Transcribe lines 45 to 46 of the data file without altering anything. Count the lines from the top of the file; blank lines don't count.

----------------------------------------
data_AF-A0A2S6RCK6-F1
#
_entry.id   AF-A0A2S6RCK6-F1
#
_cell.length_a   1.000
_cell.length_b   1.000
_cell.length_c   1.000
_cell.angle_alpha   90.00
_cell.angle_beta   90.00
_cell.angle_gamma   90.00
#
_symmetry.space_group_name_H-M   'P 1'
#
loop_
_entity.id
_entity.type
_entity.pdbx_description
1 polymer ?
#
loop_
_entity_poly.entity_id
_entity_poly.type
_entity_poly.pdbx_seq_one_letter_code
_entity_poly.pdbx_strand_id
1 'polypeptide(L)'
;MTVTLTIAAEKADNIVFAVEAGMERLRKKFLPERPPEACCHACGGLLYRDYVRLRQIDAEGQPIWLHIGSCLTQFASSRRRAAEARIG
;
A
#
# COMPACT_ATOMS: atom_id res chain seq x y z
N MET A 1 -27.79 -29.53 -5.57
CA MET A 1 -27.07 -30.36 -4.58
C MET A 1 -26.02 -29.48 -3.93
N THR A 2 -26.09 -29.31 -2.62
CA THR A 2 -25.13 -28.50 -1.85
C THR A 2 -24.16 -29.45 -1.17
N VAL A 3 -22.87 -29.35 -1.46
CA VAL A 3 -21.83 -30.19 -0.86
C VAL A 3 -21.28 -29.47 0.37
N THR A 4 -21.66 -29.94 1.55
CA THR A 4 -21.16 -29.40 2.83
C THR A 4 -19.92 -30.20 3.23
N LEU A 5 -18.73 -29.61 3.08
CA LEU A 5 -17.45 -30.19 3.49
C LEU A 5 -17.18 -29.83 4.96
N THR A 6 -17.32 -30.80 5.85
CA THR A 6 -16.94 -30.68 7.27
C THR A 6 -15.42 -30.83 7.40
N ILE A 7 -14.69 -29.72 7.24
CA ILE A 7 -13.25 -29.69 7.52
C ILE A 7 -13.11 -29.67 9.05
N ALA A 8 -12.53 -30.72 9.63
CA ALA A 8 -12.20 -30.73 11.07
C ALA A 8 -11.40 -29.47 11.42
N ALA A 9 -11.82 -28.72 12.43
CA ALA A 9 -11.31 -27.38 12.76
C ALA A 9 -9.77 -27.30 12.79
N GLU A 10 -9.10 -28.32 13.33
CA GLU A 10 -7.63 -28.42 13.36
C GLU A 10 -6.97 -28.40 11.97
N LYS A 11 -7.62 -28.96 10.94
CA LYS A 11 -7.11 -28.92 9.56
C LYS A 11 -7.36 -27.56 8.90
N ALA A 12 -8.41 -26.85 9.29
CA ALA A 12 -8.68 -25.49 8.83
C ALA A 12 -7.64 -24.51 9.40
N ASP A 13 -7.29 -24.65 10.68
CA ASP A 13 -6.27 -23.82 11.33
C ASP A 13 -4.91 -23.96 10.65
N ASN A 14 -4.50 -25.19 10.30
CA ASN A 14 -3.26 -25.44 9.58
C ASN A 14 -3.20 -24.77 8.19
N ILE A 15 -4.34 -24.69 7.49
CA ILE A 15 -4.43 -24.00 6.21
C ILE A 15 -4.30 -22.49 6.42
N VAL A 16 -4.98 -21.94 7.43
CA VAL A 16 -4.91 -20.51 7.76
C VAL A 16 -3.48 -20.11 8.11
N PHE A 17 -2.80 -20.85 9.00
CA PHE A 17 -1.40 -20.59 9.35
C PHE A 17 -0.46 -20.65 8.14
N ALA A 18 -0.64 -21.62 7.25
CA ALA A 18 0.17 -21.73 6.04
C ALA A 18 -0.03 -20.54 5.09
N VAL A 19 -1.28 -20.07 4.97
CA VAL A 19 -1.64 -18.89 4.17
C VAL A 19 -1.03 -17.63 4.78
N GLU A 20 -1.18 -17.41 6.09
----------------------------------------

C LEU A 5 -17.18 -29.83 4.96
N THR A 6 -17.32 -30.80 5.85